About the Author:

K. Gordon Oppenheimer - med size photo

K. Gordon Oppenheimer (November 24, 1926 - February 17, 2008) was a U.S. government attorney who devoted the bulk of his professional career to writing.
Read his obituary from the Washington Post.

Steve O's eulogy of his father, K. Gordon Oppenheimer, delivered at the funeral on February 19, 2008:

Most of you who knew Dad for a long time remember his love of words and wordplay, his quick, sharp wit, and his sense of fairness. He was a devoted family man who was very involved in our lives, encouraged our intellectual pursuits, took us to museums and sporting events and so on. He loved to travel, and we went on road trips ranging from local day trips to a 5-week drive from coast to coast and back and visits to Canada and Florida. He and my mother traveled internationally, including multiple trips to Europe and visits to Israel, Turkey, and elsewhere.

My father was a sort of Renaissance man in that he had wide-ranging interests and many talents. Aside from his professional interests as an attorney, he was a talented amateur artist who worked in multiple media, a lover of classical music, and a sports fan who enjoyed baseball until the Washington Senators left town and thereafter devoted himself to watching Washington Redskins football. Although Dad had a good bit of self discipline in many respects, he was so soft-hearted toward dogs that he could not bring himself to train our Miniature Schnauzers, but he loved them dearly and they clearly returned the affection. Whenever I visited, one of the first things he wanted to hear about was how my dogs were doing. Everything else came after that.

Dad was a voracious reader on many subjects, with a passion for 19th century writers such as Robert Louis Stevenson, Mark Twain, and Edgar Alan Poe; 20th centruy humorists like James Thurber; and many others. But if you were to browse my parents library, you would be especially struck by the huge collection of American political and military history books covering every era. Of these, however, a few topics stood out: of course Dad was an attorney, so he had books about law and the courts. He had an amazing number of books about World War II, which is natural enough since he was a veteran of that war. He enjoyed naval history and books about the sea, though he was not a sailor.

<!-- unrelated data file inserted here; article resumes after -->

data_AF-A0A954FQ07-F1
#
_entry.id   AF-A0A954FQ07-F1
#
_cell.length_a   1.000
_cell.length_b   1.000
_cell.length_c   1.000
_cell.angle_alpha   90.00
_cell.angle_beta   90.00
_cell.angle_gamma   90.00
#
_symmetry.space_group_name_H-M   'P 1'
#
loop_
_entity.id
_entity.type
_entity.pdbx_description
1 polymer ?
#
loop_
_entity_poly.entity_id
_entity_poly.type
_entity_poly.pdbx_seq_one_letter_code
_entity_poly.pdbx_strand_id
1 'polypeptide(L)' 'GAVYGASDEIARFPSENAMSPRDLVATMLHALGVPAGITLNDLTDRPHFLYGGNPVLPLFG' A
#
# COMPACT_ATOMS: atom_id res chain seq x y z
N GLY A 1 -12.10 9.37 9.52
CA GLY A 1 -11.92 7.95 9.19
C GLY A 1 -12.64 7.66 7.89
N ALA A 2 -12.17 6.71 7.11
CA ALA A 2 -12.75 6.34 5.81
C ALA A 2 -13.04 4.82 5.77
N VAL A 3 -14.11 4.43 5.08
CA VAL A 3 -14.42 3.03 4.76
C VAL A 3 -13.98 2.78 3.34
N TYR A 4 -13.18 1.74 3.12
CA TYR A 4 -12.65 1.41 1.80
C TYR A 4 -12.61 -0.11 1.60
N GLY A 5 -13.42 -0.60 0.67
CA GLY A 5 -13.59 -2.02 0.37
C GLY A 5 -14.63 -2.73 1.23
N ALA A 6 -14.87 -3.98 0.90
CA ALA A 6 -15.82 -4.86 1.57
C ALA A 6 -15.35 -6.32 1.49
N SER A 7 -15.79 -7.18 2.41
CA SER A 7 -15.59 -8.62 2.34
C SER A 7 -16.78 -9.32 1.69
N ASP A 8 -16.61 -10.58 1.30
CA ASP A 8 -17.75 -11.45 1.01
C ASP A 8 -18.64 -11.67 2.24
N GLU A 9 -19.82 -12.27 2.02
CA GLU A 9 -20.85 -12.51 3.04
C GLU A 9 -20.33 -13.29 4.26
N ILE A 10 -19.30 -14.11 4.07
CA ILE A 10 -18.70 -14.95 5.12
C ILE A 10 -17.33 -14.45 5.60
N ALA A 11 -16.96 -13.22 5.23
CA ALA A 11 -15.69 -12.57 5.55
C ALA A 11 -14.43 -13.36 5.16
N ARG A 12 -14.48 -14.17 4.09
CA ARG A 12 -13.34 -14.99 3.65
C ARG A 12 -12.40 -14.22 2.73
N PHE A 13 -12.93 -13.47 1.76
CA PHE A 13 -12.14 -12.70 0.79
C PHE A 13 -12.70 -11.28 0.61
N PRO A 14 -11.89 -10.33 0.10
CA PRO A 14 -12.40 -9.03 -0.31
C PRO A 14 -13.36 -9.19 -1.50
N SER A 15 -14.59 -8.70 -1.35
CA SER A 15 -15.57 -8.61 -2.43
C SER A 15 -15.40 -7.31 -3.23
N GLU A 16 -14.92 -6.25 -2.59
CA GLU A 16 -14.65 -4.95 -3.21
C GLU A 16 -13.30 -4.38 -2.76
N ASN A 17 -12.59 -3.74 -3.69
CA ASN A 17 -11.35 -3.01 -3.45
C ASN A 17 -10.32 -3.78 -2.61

Most especially, Dad was an American patriot, who had a deep knowledge of and love for the principles upon which our country was founded. Dad was very devoted to Judaism, but he did have one noteworthy twist in his theology, which was that he thought that the US Declaration of Independence and the Constitution were books of the Bible.

Dad stayed well informed about politics, and we discussed world events and national events at the dinner table almost nightly. You had best be prepared when you spoke up because Dad was going to make you cite your sources and defend your opinions rationally. Fuzzy-minded thinking did not pass the muster. But rather than put you down with a personal criticism for saying something you couldn’t defend, he would shred you with humor. He often would start a conversation, then let others talk for awhile while he waited until just the right moment, when he would interject a sharp comment that either put the topic into common sense perspective or cracked everyone up, ending the conversation in laughter all around. We might laugh at his wit but we got his point clearly.

I mentioned earlier that he was a devoted father and was very involved in our lives, and I can’t overemphasize that. When I consider the things that have been my lifelong passions, I realize that most of them were similar to his: dogs, sports, history, music, art, and all the other things I’ve mentioned. He was my number one hero, and if I can ever be half the man he was, I will have done well indeed.